Lets Stop Lynne Mark.JPG
When she walked into an audition for a play I was directing a few years ago, she was certain she wasn't good enough, but her insecurity was unacceptable to her - the struggle between her ferocious talent and her painful modesty has been waged her entire life - and she gave an audition of such humanity and pathos that I changed the script to showcase her gifts.

Today, I am the closest friend she has ever known to have HIV. Her personal knowledge of the crisis was largely limited to watching it unfold on television and thinking that people treated "that young boy Ryan White really badly." So our friendship has meant lessons for her on t-cells, viral loads and why my medication bag is the same size as my gym bag. She listens and learns, and no longer believes that she must keep her distance when she has a cold or else I could die.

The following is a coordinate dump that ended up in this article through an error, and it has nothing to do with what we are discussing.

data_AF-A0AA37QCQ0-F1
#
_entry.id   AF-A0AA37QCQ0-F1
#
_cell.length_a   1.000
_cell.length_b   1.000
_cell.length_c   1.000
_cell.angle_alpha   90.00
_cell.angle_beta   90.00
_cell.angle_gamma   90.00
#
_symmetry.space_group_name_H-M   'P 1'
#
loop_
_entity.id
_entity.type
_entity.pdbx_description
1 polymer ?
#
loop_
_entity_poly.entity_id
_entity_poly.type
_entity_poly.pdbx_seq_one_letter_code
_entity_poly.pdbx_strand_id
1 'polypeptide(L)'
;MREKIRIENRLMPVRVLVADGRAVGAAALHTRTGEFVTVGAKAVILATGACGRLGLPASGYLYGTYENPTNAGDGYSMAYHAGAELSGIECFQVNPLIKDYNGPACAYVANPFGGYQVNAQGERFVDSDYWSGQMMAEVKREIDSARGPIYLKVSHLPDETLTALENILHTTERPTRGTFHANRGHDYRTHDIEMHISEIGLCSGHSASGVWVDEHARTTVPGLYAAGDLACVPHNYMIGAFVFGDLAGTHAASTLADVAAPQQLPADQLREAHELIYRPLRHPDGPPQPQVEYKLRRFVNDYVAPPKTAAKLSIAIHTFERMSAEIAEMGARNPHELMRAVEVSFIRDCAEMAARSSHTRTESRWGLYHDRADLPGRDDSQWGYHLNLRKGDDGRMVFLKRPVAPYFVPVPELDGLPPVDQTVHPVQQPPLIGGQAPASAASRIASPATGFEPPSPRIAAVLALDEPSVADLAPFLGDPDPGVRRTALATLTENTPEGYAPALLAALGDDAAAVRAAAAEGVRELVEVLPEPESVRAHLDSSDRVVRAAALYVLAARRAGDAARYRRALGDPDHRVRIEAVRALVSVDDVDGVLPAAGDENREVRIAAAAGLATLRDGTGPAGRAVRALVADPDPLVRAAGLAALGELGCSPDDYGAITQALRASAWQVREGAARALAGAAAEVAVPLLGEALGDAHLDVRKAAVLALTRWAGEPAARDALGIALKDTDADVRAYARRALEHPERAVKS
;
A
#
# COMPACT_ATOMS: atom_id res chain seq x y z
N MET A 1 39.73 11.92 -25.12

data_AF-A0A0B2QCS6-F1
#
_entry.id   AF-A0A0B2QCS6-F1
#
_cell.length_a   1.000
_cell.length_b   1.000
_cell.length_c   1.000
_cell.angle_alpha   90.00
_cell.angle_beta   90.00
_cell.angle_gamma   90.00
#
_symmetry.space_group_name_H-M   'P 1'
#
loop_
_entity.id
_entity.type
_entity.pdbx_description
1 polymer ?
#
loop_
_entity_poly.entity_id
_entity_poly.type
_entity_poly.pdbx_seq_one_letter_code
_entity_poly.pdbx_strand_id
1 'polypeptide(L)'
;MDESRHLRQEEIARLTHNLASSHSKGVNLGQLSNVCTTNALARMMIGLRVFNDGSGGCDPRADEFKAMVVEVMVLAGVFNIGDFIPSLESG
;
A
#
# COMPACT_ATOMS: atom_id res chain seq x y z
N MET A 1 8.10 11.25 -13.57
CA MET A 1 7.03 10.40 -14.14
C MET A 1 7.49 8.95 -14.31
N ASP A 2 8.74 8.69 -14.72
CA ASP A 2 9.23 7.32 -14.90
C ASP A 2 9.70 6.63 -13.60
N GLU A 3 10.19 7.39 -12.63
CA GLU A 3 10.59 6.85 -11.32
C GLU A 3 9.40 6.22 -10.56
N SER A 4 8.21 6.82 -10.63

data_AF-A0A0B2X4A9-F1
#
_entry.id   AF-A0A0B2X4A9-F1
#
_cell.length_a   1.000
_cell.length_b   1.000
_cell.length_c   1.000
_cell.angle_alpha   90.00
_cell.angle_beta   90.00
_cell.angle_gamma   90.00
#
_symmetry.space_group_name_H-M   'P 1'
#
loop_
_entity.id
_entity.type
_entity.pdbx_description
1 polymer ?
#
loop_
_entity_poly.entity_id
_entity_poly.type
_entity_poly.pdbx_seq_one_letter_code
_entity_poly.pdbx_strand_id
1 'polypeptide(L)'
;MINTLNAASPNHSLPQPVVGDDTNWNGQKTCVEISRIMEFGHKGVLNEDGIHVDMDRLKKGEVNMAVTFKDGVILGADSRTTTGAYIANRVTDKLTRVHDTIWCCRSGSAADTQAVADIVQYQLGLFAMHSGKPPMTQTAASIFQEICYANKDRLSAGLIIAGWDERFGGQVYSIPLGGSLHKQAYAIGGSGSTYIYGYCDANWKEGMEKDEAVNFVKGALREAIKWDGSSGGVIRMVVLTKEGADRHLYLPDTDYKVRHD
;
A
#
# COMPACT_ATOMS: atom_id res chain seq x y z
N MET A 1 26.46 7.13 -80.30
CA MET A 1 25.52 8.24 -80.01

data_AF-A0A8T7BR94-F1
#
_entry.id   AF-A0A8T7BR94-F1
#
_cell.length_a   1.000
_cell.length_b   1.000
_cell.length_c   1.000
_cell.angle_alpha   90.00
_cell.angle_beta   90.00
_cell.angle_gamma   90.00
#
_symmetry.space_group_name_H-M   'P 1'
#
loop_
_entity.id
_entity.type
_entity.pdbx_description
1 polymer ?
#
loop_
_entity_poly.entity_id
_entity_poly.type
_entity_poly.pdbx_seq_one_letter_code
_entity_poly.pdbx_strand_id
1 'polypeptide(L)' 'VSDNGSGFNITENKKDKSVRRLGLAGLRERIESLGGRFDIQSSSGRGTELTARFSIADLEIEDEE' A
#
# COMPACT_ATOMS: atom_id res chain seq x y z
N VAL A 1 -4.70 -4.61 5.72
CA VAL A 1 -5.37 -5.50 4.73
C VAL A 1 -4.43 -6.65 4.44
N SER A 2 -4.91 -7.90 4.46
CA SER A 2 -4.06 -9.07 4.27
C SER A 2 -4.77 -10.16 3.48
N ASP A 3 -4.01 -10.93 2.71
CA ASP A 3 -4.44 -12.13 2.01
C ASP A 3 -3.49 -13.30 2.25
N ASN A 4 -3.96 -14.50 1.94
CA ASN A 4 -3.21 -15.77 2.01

She has now had conversations with her daughter about safer sex, and then for good measure had the same conversation with her daughter's boyfriend.

When the Centers for Disease Control and Prevention (CDC) asked me to participate in their new campaign, "Let's Stop HIV Together," I was impressed with their concept of pairing people living with HIV with an HIV negative member of their support system. The message is clear: we all share a responsibility for curbing HIV infections and supporting each other, positive and negative. And I knew right away who my "negative" would be.

Lynne was flattered and then questioned my selection, certain I must have better options. I knew that the woman who modeled humility to me every day was my only choice, and I insisted. The campaign involved visiting a production facility complete with wardrobe decisions, make-up artists, a photo shoot and an interview on video with both of us. She felt like the Queen of Sheba. Watching her being fussed over was the very best part of the day.